US Secretary of Energy Jennifer Granholm during a daily news briefing at the White House in January 2023.
Alex Wong | Getty Images News | Getty Images
- Volatility is still weighing on oil markets, US Energy Secretary Jennifer Granholm said on Saturday, repeating calls for additional supplies.
- Jennifer Granholm said she expects U.S. oil demand to rise to 12.5 million barrels per day this year and to gain further in 2024.
- “We want prices to come down. The president is really focused on the consequences for real people who need to get to work and can’t afford that premium,” Granholm emphasized.
Volatility is still weighing on oil markets, US Energy Secretary Jennifer Granholm said on Saturday, repeating calls for additional supplies.
Asked to comment on the state of the oil markets, she told CNBC’s Sri Jegarajah that “there’s no doubt there’s an unstable environment and … there’s a lot of indebtedness” — a situation the White House is monitoring.
“There is a lot of emotion in these markets, and so we are deeply concerned about where things are going,” the energy secretary added.
Granholm said she expects U.S. oil demand to rise to 12.5 million barrels per day this year and to make further gains in 2024.
Despite this, Granholm also called for additional output to help lower prices.
“We want to see more supply… It becomes dangerous when prices are this high,” she said. “I think the prudent course is to make sure that transportation is affordable for people, and of course that means making sure that supply is stable.”
Some members of the Organization of the Petroleum Exporting Countries and their allies – collectively known as OPEC+ – are voluntarily cutting output by a combined 1.66 million barrels per day. Day until the end of 2024. Coalition heavyweights Saudi Arabia and Russia have announced further voluntary cuts in July and August totaling 1 million barrels per day. Day at the end and 500,000 barrels per Export, respectively further.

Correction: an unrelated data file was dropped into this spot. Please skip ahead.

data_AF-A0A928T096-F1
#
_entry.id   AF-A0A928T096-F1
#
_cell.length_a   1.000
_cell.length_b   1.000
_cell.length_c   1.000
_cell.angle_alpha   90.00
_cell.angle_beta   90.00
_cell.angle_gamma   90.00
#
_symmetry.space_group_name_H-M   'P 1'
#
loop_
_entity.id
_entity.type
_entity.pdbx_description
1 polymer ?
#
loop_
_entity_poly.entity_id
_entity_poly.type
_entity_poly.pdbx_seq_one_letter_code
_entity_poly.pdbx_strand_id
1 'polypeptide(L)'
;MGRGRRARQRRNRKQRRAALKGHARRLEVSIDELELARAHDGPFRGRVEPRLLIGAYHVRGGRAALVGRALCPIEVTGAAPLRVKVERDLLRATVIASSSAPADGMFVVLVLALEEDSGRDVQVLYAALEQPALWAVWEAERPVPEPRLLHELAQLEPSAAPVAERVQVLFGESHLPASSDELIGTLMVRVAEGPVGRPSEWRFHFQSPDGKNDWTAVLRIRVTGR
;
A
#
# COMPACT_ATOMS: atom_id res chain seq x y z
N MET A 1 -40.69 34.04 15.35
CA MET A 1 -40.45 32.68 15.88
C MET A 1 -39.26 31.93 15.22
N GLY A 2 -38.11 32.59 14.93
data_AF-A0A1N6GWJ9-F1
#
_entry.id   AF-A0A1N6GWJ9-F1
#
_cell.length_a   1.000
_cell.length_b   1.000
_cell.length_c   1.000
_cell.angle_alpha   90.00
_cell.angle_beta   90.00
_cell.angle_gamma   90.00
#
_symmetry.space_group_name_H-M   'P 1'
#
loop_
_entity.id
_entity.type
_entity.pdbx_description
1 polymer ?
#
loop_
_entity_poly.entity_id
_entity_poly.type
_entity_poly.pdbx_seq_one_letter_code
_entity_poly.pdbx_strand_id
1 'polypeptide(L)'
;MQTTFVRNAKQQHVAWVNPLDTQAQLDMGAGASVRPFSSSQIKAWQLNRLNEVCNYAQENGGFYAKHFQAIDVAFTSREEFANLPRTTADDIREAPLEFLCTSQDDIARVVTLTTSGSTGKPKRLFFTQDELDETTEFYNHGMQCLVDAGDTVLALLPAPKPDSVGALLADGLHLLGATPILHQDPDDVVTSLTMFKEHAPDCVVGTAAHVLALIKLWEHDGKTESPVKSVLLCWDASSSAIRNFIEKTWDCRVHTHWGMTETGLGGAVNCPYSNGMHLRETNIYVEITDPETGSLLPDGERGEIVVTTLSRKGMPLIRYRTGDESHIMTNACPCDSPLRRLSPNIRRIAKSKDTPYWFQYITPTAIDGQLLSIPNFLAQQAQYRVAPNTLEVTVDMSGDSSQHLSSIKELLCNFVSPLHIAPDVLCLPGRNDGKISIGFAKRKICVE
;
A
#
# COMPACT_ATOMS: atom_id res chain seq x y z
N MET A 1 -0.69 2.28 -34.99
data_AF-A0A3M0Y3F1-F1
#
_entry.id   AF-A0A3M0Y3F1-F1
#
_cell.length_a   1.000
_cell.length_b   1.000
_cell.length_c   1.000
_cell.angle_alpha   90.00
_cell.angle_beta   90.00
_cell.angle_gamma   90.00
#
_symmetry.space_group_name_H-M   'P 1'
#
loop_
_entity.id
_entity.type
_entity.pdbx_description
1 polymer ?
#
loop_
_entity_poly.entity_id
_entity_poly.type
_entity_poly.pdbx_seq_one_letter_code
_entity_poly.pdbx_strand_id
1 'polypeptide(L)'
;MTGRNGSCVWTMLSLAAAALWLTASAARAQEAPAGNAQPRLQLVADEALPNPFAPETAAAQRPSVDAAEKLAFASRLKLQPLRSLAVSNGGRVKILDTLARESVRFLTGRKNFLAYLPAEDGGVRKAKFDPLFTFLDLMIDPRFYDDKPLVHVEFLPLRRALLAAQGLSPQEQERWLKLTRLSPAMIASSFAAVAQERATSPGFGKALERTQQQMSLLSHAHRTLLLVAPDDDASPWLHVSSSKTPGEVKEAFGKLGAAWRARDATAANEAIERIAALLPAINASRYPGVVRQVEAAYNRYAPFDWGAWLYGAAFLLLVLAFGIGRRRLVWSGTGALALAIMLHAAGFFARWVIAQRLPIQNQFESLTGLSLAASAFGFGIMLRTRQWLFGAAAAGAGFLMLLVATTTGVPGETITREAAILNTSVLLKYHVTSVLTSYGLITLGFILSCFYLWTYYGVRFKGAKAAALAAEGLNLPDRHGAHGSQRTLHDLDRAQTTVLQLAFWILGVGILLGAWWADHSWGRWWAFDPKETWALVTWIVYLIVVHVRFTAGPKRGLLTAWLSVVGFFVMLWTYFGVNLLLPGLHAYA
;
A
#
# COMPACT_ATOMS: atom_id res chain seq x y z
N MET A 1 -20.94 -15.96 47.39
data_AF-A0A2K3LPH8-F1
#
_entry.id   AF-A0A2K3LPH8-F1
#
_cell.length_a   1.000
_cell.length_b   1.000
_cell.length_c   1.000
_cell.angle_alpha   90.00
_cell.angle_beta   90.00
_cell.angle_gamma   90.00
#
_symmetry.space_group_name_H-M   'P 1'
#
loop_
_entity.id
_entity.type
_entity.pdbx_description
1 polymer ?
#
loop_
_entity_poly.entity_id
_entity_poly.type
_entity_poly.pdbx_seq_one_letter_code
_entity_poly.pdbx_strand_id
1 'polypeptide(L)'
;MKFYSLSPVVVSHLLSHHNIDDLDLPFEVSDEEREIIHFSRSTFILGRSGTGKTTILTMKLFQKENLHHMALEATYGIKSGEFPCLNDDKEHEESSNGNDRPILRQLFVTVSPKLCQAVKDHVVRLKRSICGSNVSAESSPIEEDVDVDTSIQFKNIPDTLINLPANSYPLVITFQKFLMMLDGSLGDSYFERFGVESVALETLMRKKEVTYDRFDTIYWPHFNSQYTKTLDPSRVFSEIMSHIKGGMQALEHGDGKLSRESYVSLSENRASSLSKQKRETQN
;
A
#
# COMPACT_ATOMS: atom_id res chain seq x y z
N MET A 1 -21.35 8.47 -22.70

High crude oil prices remain a challenge for the Biden administration, and lowering costs remains a priority.
“We want prices to come down. The president is really focused on the consequences for real people who need to get to work and can’t afford that premium,” Granholm emphasized.
The US has historically fought for lower prices at the pump in an effort to ease the burden on consumer households and curb inflation. Washington has repeatedly called on OPEC+ producers to support this effort by lifting their production – culminating in a brief war between branches with Saudi Arabia last October.
The US is now facing lower inflation, with the consumer price index showing a 3% year-on-year increase in June.
Granholm also discussed the importance of transition to renewable energy – a central topic at this year’s energy summit.
“China and the United States are the largest emitters in the world… Their citizens are feeling the effects of these extreme weather events,” Granholm said, adding that the United States is eager to “find an oasis” by working with China to implement clean energy.
“We have to do everything, everywhere, at once. Implement, implement, implement clean energy. Because if we don’t, our planet is on fire and we have to deal with it.”